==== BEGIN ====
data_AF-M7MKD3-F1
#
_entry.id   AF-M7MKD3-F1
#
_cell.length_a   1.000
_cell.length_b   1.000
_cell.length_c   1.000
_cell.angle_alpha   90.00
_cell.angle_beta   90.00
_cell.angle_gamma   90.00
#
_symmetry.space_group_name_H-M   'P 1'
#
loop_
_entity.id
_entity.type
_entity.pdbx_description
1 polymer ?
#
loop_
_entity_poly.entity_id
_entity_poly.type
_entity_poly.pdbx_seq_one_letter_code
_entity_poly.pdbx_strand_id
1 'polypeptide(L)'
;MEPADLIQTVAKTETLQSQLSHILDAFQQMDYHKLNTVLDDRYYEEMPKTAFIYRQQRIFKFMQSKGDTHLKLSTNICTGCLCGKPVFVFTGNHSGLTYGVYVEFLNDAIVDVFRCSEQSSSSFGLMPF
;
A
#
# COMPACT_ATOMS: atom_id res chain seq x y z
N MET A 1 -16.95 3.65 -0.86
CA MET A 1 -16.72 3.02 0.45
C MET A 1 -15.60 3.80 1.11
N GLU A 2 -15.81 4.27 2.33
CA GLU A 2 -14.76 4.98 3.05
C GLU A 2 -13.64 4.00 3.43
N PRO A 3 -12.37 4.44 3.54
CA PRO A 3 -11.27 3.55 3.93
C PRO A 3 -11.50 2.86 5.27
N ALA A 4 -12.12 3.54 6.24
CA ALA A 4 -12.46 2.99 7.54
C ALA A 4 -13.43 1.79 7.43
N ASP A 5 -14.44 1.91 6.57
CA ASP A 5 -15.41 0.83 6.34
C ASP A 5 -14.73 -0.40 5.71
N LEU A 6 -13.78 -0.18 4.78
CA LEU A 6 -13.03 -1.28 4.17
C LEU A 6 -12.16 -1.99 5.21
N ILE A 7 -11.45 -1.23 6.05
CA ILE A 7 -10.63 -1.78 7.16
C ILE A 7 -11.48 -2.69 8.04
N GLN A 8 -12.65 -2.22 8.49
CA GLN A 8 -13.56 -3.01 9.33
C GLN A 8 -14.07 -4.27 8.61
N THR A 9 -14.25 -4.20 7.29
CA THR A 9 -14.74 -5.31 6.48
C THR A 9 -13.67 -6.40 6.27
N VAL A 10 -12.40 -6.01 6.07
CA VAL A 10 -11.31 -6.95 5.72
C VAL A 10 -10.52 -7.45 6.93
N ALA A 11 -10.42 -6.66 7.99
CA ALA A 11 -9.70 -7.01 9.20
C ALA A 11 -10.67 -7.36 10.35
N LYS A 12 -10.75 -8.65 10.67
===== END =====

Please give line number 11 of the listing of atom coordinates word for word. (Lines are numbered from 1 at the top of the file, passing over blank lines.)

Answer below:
#